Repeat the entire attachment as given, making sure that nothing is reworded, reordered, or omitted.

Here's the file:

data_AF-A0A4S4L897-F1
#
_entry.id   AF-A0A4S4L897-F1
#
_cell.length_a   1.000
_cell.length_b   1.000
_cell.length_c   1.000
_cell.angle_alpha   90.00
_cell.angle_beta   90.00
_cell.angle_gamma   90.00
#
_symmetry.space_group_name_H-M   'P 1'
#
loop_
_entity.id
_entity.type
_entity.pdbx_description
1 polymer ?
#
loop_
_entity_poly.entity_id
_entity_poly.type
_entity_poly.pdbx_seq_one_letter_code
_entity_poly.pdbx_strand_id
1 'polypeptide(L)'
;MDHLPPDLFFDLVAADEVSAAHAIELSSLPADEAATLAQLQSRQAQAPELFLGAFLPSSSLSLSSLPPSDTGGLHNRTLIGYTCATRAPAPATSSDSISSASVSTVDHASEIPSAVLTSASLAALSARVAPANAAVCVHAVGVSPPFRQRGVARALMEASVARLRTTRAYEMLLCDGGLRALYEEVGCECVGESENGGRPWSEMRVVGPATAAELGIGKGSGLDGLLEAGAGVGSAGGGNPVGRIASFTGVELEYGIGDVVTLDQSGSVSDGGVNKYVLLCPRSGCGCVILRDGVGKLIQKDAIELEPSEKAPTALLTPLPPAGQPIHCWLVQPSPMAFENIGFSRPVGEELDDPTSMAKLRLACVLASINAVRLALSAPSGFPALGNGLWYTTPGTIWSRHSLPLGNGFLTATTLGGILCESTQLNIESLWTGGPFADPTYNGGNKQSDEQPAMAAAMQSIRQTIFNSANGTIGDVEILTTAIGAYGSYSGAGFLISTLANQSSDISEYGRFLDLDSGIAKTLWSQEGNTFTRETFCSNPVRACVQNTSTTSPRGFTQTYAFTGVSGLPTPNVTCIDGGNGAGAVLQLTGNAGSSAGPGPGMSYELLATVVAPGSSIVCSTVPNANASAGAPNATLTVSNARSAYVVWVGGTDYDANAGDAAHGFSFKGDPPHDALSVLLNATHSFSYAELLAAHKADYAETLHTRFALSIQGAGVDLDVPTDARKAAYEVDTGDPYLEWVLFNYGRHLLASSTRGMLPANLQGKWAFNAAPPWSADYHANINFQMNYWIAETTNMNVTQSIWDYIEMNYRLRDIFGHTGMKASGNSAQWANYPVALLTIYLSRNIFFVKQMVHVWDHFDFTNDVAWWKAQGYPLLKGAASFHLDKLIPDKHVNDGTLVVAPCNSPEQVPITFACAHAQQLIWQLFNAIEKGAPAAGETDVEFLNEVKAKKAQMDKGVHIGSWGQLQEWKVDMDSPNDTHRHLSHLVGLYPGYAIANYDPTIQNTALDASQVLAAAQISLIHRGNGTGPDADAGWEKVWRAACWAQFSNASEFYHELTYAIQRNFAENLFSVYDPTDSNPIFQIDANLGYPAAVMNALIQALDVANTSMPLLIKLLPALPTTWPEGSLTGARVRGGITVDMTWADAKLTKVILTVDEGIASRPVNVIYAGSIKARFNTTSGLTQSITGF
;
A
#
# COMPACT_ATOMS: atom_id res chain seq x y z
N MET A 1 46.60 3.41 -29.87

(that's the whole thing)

data_AF-A0A4S4L897-F1
#
_entry.id   AF-A0A4S4L897-F1
#
_cell.length_a   1.000
_cell.length_b   1.000
_cell.length_c   1.000
_cell.angle_alpha   90.00
_cell.angle_beta   90.00
_cell.angle_gamma   90.00
#
_symmetry.space_group_name_H-M   'P 1'
#
loop_
_entity.id
_entity.type
_entity.pdbx_description
1 polymer ?
#
loop_
_entity_poly.entity_id
_entity_poly.type
_entity_poly.pdbx_seq_one_letter_code
_entity_poly.pdbx_strand_id
1 'polypeptide(L)'
;MDHLPPDLFFDLVAADEVSAAHAIELSSLPADEAATLAQLQSRQAQAPELFLGAFLPSSSLSLSSLPPSDTGGLHNRTLIGYTCATRAPAPATSSDSISSASVSTVDHASEIPSAVLTSASLAALSARVAPANAAVCVHAVGVSPPFRQRGVARALMEASVARLRTTRAYEMLLCDGGLRALYEEVGCECVGESENGGRPWSEMRVVGPATAAELGIGKGSGLDGLLEAGAGVGSAGGGNPVGRIASFTGVELEYGIGDVVTLDQSGSVSDGGVNKYVLLCPRSGCGCVILRDGVGKLIQKDAIELEPSEKAPTALLTPLPPAGQPIHCWLVQPSPMAFENIGFSRPVGEELDDPTSMAKLRLACVLASINAVRLALSAPSGFPALGNGLWYTTPGTIWSRHSLPLGNGFLTATTLGGILCESTQLNIESLWTGGPFADPTYNGGNKQSDEQPAMAAAMQSIRQTIFNSANGTIGDVEILTTAIGAYGSYSGAGFLISTLANQSSDISEYGRFLDLDSGIAKTLWSQEGNTFTRETFCSNPVRACVQNTSTTSPRGFTQTYAFTGVSGLPTPNVTCIDGGNGAGAVLQLTGNAGSSAGPGPGMSYELLATVVAPGSSIVCSTVPNANASAGAPNATLTVSNARSAYVVWVGGTDYDANAGDAAHGFSFKGDPPHDALSVLLNATHSFSYAELLAAHKADYAETLHTRFALSIQGAGVDLDVPTDARKAAYEVDTGDPYLEWVLFNYGRHLLASSTRGMLPANLQGKWAFNAAPPWSADYHANINFQMNYWIAETTNMNVTQSIWDYIEMNYRLRDIFGHTGMKASGNSAQWANYPVALLTIYLSRNIFFVKQMVHVWDHFDFTNDVAWWKAQGYPLLKGAASFHLDKLIPDKHVNDGTLVVAPCNSPEQVPITFACAHAQQLIWQLFNAIEKGAPAAGETDVEFLNEVKAKKAQMDKGVHIGSWGQLQEWKVDMDSPNDTHRHLSHLVGLYPGYAIANYDPTIQNTALDASQVLAAAQISLIHRGNGTGPDADAGWEKVWRAACWAQFSNASEFYHELTYAIQRNFAENLFSVYDPTDSNPIFQIDANLGYPAAVMNALIQALDVANTSMPLLIKLLPALPTTWPEGSLTGARVRGGITVDMTWADAKLTKVILTVDEGIASRPVNVIYAGSIKARFNTTSGLTQSITGF
;
A
#
# COMPACT_ATOMS: atom_id res chain seq x y z
N MET A 1 46.60 3.41 -29.87